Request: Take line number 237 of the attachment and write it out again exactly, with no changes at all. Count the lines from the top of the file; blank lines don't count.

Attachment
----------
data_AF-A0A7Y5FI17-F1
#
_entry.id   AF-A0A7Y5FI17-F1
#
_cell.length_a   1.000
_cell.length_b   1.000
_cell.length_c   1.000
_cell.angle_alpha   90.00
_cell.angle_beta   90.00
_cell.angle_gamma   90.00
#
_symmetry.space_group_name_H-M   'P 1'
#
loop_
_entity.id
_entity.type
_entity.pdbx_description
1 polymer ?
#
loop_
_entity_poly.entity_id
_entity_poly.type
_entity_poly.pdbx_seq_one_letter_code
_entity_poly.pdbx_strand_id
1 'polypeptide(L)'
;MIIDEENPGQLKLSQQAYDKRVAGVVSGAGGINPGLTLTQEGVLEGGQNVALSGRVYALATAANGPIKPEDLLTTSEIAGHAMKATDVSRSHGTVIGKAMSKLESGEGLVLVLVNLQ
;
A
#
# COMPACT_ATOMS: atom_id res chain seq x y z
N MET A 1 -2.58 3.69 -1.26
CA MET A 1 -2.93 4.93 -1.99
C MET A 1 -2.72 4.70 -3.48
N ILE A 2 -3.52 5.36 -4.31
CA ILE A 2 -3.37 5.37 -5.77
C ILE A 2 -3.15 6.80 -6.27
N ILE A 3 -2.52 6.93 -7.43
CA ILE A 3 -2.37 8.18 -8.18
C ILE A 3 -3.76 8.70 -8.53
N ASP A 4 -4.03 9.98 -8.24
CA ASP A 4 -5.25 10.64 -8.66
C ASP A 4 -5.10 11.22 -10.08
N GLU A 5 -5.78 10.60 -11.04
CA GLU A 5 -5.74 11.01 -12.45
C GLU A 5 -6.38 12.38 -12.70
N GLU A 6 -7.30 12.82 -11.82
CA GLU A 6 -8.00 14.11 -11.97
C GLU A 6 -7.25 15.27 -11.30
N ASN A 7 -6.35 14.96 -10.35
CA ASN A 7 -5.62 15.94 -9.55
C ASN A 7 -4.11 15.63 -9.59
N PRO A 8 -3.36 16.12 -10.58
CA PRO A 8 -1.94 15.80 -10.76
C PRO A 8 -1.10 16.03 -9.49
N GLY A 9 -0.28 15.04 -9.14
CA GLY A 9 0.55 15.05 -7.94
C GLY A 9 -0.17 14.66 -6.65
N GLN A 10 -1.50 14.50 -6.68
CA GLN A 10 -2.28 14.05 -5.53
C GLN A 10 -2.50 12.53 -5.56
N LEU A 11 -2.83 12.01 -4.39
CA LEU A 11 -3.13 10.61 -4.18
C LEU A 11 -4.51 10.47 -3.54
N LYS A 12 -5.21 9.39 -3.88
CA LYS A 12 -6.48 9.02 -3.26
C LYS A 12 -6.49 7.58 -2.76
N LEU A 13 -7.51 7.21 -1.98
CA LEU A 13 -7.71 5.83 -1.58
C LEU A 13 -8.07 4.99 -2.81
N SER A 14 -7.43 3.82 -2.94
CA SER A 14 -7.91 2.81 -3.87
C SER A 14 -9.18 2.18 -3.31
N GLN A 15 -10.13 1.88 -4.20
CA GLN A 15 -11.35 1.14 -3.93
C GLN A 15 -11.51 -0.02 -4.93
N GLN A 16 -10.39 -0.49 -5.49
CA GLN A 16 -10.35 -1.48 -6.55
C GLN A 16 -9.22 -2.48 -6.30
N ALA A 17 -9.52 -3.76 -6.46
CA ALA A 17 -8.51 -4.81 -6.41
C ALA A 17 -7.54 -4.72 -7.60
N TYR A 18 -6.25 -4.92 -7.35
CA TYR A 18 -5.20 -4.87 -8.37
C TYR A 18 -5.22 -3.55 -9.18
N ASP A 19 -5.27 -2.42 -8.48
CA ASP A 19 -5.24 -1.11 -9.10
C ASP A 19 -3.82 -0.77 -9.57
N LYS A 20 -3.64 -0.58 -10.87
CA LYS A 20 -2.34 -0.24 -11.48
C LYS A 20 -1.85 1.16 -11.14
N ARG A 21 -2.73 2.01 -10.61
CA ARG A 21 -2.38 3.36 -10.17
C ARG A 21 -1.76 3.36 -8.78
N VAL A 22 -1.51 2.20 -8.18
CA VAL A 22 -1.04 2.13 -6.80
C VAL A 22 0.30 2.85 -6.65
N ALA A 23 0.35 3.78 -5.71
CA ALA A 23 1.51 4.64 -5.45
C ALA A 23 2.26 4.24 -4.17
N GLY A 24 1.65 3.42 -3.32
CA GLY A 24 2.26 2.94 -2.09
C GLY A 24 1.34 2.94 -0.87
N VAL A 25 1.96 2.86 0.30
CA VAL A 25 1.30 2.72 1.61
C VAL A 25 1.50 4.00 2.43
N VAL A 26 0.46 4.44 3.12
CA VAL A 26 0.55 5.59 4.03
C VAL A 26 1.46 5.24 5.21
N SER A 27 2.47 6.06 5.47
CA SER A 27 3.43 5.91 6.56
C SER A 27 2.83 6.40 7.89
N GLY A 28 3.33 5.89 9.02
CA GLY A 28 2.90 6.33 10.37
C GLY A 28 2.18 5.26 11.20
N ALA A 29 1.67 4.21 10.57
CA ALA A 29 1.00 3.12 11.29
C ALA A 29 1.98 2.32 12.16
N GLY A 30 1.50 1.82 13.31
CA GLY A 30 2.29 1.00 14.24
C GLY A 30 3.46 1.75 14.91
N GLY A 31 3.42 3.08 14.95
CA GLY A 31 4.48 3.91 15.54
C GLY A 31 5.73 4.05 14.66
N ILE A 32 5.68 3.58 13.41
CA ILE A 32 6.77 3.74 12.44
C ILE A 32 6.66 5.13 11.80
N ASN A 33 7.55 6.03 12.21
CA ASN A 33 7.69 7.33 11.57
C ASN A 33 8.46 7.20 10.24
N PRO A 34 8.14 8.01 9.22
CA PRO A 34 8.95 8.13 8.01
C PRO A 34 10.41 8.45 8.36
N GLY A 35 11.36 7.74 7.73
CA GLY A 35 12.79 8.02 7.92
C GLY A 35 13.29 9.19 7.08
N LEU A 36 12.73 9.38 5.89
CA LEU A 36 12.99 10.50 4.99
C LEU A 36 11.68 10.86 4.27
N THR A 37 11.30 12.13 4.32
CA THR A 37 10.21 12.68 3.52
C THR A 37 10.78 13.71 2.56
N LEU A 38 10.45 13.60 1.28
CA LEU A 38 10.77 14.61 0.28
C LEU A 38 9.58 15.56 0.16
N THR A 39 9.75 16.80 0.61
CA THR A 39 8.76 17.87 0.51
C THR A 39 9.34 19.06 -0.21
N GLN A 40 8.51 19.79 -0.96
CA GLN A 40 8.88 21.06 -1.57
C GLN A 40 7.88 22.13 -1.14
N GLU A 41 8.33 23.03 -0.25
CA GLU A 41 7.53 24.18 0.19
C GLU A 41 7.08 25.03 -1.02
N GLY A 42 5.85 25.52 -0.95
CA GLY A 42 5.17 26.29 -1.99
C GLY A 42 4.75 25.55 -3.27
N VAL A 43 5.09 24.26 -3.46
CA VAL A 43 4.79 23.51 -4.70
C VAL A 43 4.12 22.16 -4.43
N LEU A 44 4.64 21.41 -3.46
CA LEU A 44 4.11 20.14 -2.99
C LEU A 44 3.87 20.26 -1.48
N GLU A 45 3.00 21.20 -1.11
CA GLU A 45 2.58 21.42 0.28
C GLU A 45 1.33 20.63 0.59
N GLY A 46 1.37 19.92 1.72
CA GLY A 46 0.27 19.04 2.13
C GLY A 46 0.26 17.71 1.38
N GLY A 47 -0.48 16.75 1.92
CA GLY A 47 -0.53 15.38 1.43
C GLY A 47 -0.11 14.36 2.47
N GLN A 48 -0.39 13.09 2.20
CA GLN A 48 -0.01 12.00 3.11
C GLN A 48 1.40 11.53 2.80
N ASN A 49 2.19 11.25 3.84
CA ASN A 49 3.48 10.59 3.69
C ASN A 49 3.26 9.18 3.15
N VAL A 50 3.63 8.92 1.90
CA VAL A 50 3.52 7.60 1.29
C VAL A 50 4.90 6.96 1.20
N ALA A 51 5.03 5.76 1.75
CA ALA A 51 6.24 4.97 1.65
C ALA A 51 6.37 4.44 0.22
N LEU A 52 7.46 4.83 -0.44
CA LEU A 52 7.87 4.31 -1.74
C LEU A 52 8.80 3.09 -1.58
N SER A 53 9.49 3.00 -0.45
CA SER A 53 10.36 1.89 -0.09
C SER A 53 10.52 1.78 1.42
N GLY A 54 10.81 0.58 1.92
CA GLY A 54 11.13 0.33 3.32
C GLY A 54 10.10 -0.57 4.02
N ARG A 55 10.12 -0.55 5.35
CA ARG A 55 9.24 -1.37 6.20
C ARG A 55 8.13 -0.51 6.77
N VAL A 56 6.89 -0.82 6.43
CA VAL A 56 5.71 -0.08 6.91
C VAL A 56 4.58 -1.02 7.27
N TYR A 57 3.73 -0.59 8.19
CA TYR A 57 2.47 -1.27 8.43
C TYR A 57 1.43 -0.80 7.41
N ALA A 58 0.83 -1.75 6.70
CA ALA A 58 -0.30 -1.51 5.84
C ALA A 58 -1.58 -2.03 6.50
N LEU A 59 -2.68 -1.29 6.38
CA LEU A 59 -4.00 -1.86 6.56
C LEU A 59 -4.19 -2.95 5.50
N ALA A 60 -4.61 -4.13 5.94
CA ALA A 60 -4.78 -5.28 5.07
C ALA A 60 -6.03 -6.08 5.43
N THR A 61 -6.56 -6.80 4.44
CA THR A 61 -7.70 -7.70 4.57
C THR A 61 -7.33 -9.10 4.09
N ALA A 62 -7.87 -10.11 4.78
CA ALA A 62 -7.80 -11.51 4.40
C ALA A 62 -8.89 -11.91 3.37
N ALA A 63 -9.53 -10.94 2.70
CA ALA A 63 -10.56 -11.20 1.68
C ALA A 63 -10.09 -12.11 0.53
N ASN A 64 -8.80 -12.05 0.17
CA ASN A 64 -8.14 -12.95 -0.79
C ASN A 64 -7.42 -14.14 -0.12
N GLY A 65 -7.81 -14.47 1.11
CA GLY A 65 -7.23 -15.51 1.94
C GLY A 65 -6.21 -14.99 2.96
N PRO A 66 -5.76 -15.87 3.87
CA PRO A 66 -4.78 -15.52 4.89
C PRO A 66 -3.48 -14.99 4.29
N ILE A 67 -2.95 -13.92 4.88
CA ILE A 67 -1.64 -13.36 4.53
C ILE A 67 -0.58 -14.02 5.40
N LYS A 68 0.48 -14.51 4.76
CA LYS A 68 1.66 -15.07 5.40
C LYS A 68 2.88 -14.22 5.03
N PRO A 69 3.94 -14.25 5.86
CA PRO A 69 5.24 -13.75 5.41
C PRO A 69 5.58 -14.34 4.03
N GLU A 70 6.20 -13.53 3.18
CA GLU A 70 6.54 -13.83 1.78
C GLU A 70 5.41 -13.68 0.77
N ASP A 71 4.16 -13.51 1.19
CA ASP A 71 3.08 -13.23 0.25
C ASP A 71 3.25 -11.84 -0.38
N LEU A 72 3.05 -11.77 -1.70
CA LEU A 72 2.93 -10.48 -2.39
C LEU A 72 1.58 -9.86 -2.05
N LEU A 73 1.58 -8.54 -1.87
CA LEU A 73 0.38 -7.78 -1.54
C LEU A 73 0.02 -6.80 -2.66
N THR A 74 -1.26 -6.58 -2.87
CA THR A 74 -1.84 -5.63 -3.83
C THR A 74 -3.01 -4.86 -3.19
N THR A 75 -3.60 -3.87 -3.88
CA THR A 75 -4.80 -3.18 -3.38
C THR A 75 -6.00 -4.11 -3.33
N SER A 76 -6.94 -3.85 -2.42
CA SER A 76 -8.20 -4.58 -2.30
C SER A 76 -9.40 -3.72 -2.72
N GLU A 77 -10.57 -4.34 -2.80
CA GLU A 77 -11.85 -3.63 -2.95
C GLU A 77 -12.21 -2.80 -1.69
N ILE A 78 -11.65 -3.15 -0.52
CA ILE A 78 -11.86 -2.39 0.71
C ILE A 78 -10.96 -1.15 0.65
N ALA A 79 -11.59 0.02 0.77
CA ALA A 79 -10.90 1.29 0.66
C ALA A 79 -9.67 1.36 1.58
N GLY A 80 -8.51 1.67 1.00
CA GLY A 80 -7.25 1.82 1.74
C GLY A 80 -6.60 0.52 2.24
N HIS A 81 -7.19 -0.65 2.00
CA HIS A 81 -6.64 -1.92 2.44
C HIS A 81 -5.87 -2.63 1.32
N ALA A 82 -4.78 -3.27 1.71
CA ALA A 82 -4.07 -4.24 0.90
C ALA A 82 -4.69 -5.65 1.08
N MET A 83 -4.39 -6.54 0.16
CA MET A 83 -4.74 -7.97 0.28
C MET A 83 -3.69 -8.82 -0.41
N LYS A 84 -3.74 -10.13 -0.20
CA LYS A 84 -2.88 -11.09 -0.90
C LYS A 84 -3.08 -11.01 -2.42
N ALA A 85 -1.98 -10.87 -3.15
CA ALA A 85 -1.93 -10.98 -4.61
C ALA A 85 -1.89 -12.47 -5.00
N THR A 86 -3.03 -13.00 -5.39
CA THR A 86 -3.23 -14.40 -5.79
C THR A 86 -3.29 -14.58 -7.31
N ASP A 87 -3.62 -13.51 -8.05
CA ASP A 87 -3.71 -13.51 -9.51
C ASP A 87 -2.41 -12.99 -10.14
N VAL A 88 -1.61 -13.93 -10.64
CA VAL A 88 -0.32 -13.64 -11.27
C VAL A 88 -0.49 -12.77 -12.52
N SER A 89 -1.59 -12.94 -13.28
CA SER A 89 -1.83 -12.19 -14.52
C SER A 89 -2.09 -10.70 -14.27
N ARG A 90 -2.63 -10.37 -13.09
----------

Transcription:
C PRO A 69 5.58 -14.34 4.03